… in the fourth and fifth classes I desire to recommend the administration of Erythroxylon Coca. It is useless in the treatment of delirium tremens, but to relieve the depression resulting from the deprival of stimulants it has remarkable powers. Its effects in relieving one from the sense of fatigue are too well known to require more than a passing notice. I have frequently returned to my home after a hard day’s work only to find that a still harder night awaited me in the shape of a tenuous labor case. A dose of coca, however, removed the fatigue and left me as fresh as when starting out in the morning after a sound night’s sleep.

Some years ago I was consulted by a gigantic Irishman who worked as fireman in a rolling mill. He informed me that when he had finished his day’s work he was so fatigued that he was unable to find his way home unless fortified by a drink of whiskey. But unfortunately, the first taste fired poor Paddy’s heart and the inevitable result was “a spree”. I gave him some fluid extract of coca leaves, directing him to take a teaspoonful just as he quit work. The result was, as he afterwards informed me, that in five minutes the fatigue had so completely left him that he felt quite ready to go back to the shop and do a second day’s work at once.

This case was cured and the cure has remained for five years without a relapse. In repeating this experiment I found an obstacle in the fact that men did not like to be seen taking medicine. They could not be induced to carry a bottle and spoon around with them and withstand the badinage of their companions. Beside, the liquid preparations of coca contain alcohol, and I may say here, that in all experiments with coca, it is necessary to exclude carefully the effect of alcohol, which obscures and often counteracts the effect of the remedy.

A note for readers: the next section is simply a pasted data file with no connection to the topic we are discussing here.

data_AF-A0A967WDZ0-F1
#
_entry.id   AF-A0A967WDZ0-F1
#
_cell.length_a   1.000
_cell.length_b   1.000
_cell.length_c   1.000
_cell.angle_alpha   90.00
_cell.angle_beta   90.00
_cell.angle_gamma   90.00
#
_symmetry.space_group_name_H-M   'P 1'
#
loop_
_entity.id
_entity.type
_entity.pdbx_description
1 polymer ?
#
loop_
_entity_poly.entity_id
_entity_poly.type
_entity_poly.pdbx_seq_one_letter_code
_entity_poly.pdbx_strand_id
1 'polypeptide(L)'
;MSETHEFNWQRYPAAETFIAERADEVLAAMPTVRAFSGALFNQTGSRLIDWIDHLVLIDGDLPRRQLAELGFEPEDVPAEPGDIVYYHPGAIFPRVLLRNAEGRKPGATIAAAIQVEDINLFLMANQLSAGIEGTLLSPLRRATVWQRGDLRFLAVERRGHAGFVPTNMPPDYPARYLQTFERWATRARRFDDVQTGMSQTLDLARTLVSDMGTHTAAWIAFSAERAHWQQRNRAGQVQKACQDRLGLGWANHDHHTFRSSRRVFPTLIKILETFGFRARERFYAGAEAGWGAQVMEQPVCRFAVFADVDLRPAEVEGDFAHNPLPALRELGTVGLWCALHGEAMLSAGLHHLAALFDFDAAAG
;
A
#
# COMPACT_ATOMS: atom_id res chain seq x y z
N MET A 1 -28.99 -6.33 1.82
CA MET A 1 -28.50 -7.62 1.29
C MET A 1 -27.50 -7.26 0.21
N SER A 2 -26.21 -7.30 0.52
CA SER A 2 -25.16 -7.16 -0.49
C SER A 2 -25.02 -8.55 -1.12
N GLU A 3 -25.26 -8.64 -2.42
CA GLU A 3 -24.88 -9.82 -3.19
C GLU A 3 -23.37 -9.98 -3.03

After many trials I succeeded in having the coca put up as a masticatory in the form of plugs like tobacco. These were made at my suggestion by C.L. Mitchell, M.D. & Co., Pharmaceutical Chemists, of Ninth and Race Streets, Philadelphia. I have given this preparation the name of “Coca-Bola” from coca and bolus, a mass. Each plug is about the size of an ordinary plug of chewing tobacco, and contains about 200 grains (nearly half its weight) of coca leaves, besides a small quantity each of tea, coffee and coinchona bark. Each plug is marked off for convenience into squares, each square containing about 16 grains of coca leaves; this quantity is about sufficient for a single dose or chew and even a smaller portion my suffice. It is to be thoroughly masticated in the same manner when chewing tobacco, the saliva being swallowed, not ejected as in tobacco chewing. After the mass has been masticated for some time and the virtues of the coca leaf pretty well extracted, the residue is to be ejected. A chew of the “Coca-bola” take in this manner occasionally throughout the day will generally completely satisfy the craving for stimulants, and at the same time remove any feeling of depression or fatigue. The addition of the tea and coffee seem to assist considerably the sustaining and stimulating effect of the coca leaves without producing any injurious after effects.